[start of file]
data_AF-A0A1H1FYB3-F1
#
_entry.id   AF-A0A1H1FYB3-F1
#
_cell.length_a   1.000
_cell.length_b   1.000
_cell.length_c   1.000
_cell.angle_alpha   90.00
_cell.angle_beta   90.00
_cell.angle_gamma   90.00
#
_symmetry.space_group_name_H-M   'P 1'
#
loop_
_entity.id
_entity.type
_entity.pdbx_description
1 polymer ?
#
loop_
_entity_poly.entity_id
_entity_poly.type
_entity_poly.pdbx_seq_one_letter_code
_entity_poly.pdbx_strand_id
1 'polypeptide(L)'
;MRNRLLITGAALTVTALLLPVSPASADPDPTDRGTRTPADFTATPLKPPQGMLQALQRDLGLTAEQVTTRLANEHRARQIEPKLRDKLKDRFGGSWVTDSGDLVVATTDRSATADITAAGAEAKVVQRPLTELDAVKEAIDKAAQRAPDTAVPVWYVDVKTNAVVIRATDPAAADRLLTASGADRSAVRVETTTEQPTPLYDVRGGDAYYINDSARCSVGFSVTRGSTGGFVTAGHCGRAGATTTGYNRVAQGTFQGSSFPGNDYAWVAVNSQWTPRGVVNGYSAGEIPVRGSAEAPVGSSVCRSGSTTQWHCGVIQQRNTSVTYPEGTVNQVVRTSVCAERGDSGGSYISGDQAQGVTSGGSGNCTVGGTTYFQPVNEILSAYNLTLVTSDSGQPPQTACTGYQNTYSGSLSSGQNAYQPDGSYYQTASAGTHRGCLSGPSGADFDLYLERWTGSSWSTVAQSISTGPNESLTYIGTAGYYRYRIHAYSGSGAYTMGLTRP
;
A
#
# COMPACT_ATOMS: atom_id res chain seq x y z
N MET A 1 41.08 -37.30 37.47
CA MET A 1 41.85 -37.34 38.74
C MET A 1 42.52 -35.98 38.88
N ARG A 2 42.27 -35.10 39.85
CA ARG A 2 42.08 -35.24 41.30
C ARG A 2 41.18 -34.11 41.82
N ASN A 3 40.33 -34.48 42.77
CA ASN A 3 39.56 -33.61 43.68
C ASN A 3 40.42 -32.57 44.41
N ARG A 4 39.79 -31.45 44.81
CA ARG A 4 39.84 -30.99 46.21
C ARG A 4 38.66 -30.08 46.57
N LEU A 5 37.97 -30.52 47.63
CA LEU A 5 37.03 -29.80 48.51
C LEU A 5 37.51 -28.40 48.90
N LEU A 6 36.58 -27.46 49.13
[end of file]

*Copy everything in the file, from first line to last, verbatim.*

data_AF-A0A1H1FYB3-F1
#
_entry.id   AF-A0A1H1FYB3-F1
#
_cell.length_a   1.000
_cell.length_b   1.000
_cell.length_c   1.000
_cell.angle_alpha   90.00
_cell.angle_beta   90.00
_cell.angle_gamma   90.00
#
_symmetry.space_group_name_H-M   'P 1'
#
loop_
_entity.id
_entity.type
_entity.pdbx_description
1 polymer ?
#
loop_
_entity_poly.entity_id
_entity_poly.type
_entity_poly.pdbx_seq_one_letter_code
_entity_poly.pdbx_strand_id
1 'polypeptide(L)'
;MRNRLLITGAALTVTALLLPVSPASADPDPTDRGTRTPADFTATPLKPPQGMLQALQRDLGLTAEQVTTRLANEHRARQIEPKLRDKLKDRFGGSWVTDSGDLVVATTDRSATADITAAGAEAKVVQRPLTELDAVKEAIDKAAQRAPDTAVPVWYVDVKTNAVVIRATDPAAADRLLTASGADRSAVRVETTTEQPTPLYDVRGGDAYYINDSARCSVGFSVTRGSTGGFVTAGHCGRAGATTTGYNRVAQGTFQGSSFPGNDYAWVAVNSQWTPRGVVNGYSAGEIPVRGSAEAPVGSSVCRSGSTTQWHCGVIQQRNTSVTYPEGTVNQVVRTSVCAERGDSGGSYISGDQAQGVTSGGSGNCTVGGTTYFQPVNEILSAYNLTLVTSDSGQPPQTACTGYQNTYSGSLSSGQNAYQPDGSYYQTASAGTHRGCLSGPSGADFDLYLERWTGSSWSTVAQSISTGPNESLTYIGTAGYYRYRIHAYSGSGAYTMGLTRP
;
A
#
# COMPACT_ATOMS: atom_id res chain seq x y z
N MET A 1 41.08 -37.30 37.47
CA MET A 1 41.85 -37.34 38.74
C MET A 1 42.52 -35.98 38.88
N ARG A 2 42.27 -35.10 39.85
CA ARG A 2 42.08 -35.24 41.30
C ARG A 2 41.18 -34.11 41.82
N ASN A 3 40.33 -34.48 42.77
CA ASN A 3 39.56 -33.61 43.68
C ASN A 3 40.42 -32.57 44.41
N ARG A 4 39.79 -31.45 44.81
CA ARG A 4 39.84 -30.99 46.21
C ARG A 4 38.66 -30.08 46.57
N LEU A 5 37.97 -30.52 47.63
CA LEU A 5 37.03 -29.80 48.51
C LEU A 5 37.51 -28.40 48.90
N LEU A 6 36.58 -27.46 49.13